FDG-PET is able to detect pancreatic carcinoma in chronic pancreatitis

M. van Kouwen, J. Jansen, H. van Goor, S. de Castro, W. Oyen and J. Drenth

Department of Gastroenterology, University Medical Center, St. Radboud, P.O. Box 9101, 6500 HB, Nijmegen, The Netherlands. m.vankouwen@mdl.umcn.nl
Apr, 2005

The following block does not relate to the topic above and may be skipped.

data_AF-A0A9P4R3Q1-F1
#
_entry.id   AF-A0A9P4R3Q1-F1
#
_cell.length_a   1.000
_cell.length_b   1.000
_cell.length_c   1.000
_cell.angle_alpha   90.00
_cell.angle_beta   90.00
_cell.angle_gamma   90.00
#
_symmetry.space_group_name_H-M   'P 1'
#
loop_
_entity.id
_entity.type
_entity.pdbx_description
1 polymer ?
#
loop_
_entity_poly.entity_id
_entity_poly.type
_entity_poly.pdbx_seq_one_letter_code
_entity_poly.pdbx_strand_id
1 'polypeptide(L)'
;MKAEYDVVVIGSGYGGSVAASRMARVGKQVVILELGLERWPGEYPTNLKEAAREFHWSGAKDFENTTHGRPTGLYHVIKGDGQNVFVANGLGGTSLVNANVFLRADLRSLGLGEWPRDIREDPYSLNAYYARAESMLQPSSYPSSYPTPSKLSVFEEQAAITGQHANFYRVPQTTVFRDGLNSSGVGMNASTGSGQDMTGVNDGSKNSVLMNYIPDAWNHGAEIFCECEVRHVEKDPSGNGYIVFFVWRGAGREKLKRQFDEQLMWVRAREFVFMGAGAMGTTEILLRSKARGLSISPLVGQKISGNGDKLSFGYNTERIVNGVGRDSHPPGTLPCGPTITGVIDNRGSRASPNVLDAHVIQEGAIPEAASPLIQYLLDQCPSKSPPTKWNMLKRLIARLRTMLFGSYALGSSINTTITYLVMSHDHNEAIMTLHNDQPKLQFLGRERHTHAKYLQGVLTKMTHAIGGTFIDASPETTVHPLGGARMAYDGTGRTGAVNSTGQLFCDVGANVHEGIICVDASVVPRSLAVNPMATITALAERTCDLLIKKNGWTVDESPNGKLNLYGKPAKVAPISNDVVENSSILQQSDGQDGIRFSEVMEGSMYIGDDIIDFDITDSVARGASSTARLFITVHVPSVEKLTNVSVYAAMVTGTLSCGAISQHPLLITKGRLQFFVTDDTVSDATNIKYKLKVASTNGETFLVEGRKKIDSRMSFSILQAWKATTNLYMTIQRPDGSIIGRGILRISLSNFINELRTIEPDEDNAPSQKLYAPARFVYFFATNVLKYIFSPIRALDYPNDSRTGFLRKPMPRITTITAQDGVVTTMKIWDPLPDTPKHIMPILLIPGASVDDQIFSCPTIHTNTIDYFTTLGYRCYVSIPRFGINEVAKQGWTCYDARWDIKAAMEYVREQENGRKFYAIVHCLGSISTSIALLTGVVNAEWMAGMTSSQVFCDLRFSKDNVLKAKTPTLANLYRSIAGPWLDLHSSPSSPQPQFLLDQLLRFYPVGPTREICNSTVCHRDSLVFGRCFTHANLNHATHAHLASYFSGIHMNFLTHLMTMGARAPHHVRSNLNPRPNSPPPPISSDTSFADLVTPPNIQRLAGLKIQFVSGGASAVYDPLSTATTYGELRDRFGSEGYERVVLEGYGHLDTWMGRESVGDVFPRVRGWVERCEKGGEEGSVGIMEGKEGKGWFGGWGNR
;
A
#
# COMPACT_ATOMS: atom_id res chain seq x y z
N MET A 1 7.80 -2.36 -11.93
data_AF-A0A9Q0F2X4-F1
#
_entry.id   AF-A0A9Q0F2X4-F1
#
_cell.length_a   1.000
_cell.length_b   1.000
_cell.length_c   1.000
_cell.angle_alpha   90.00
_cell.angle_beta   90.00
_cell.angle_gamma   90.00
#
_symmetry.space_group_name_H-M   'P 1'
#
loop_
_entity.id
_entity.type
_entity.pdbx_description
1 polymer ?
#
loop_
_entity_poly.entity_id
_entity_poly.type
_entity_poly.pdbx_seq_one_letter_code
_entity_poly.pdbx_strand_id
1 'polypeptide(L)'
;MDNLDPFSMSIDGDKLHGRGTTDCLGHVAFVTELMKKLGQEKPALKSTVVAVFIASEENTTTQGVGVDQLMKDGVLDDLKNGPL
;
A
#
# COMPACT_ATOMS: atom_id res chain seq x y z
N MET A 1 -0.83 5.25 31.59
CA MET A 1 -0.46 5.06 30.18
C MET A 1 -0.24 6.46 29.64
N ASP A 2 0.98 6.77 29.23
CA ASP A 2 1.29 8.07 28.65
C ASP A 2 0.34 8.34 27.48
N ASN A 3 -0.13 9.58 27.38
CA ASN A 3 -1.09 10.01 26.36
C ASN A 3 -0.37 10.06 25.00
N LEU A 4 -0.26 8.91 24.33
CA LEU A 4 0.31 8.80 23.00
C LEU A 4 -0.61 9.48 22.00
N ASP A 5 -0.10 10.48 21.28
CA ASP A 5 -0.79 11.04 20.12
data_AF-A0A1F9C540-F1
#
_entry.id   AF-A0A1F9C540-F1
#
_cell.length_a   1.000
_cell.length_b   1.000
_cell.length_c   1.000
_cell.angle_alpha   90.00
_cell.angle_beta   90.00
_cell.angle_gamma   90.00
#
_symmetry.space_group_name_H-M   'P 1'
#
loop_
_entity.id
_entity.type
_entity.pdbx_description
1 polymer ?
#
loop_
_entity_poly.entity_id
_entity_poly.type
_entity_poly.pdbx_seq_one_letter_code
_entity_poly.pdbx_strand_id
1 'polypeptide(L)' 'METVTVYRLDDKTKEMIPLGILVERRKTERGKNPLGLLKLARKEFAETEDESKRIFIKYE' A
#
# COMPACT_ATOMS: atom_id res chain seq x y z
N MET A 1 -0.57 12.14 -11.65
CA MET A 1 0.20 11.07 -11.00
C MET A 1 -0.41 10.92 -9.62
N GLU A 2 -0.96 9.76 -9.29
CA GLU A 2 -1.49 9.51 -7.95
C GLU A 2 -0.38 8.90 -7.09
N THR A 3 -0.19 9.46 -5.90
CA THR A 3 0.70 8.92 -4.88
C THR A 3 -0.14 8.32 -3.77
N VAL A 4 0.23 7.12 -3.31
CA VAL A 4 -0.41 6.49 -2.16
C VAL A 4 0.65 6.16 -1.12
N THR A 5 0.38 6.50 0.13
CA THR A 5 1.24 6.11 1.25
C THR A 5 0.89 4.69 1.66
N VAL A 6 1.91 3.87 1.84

2-(18F)-fluoro-2-deoxy-D-glucose positron emission tomography (FDG-PET) is an imaging technique which enables detection of malignancies. FDG-PET has been established as a tool for the diagnosis of pancreatic carcinoma (CA). Early detection is mandatory as cure can only be achieved in non-advanced disease. This is, however, very difficult with conventional radiological techniques. Patients with chronic pancreatitis (CP) are at risk of developing CA. A simple, reliable screening method for malignant degeneration is highly desirable. We set out to investigate whether FDG-PET is able to detect CA in the setting of CP and can fulfil a potential role in the early detection of CA in CP.FDG-PET was performed in 77 CP patients and in six patients with CP complicated by CA (CP + CA). We included 26 CA patients as a positive control. A positive scan was defined as focal FDG accumulation in the pancreas region.In 67 of the 77 CP (87\%) patients, pancreatic FDG accumulation was absent. Six patients had significant accumulation. In CA, 24/26 patients had a positive PET. Five out of the six patients with CP + CA had focal uptake, while minor uptake was seen in one patient. FDG-PET was positive in almost all CA patients and CP + CA patients. FDG-PET was negative in the large majority (87\%) of CP patients, which suggests that a positive PET scan in CP patients must lead to efforts to exclude a malignancy.These data suggest that FDG-PET has a potential role as a diagnostic tool for detecting CA in longstanding CP.